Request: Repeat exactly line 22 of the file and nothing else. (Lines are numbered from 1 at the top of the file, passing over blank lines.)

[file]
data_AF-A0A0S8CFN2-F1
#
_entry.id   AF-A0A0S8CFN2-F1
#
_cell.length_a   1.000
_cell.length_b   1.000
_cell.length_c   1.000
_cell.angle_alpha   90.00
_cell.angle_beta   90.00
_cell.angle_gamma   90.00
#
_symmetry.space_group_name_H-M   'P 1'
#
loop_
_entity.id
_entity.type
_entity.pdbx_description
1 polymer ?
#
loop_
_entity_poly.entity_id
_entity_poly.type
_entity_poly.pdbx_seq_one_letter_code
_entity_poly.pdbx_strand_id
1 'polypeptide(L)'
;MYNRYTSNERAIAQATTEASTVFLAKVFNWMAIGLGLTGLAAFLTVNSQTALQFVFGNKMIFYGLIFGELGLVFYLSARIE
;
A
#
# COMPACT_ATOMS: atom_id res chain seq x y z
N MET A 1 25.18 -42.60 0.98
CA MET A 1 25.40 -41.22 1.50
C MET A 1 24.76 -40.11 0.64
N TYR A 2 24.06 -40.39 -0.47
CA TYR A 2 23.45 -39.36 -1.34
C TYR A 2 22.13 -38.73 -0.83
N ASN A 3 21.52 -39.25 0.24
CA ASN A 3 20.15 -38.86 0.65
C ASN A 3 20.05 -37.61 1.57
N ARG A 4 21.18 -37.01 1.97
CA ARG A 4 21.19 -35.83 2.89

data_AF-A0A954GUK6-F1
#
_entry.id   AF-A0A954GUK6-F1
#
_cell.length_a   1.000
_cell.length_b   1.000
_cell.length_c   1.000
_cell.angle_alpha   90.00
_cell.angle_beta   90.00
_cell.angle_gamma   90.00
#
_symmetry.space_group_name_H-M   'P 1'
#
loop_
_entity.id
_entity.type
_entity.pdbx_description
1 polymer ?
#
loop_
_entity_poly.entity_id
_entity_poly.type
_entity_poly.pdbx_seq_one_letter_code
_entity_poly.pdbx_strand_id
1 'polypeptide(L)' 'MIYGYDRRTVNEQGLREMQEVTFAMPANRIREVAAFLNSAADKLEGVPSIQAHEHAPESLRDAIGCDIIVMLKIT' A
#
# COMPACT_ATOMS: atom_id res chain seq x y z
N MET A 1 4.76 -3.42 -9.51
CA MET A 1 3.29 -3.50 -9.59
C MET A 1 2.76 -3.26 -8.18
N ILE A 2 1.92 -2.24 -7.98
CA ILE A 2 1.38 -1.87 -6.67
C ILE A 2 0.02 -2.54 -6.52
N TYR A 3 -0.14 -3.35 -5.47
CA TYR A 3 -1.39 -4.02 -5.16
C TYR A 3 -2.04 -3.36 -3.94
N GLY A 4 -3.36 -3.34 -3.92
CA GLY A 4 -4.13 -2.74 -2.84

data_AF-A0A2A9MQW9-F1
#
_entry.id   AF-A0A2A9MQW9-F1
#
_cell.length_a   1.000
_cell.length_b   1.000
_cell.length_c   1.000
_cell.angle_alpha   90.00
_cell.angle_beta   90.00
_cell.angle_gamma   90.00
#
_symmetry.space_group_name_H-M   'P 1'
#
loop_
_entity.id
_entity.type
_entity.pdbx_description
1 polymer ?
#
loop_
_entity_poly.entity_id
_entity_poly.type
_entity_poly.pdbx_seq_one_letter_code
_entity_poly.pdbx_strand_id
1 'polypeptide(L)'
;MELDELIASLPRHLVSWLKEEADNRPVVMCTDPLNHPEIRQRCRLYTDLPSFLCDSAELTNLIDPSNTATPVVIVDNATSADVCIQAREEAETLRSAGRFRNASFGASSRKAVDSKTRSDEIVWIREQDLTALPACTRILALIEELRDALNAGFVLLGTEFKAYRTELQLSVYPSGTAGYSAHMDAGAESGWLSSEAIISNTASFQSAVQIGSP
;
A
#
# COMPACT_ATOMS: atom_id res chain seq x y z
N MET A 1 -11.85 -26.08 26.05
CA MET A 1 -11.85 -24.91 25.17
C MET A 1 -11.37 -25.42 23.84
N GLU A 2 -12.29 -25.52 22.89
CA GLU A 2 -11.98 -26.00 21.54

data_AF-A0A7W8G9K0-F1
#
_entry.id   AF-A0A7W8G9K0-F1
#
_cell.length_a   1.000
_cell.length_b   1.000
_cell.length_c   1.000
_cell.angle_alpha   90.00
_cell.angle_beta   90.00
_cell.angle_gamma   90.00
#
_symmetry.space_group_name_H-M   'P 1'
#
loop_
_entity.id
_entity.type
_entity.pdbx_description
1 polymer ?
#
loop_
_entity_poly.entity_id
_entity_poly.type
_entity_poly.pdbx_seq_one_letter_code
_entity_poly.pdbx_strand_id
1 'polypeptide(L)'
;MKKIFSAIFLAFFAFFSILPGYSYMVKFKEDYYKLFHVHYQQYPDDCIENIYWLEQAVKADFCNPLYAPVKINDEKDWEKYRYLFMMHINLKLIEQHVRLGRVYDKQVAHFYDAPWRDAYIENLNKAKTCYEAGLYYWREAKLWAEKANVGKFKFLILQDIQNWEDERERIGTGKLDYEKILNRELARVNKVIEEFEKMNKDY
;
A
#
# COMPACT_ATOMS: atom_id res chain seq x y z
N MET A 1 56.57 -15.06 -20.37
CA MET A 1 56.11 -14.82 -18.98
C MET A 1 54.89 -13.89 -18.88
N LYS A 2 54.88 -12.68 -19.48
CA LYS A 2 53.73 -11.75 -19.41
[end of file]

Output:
_entity_poly.type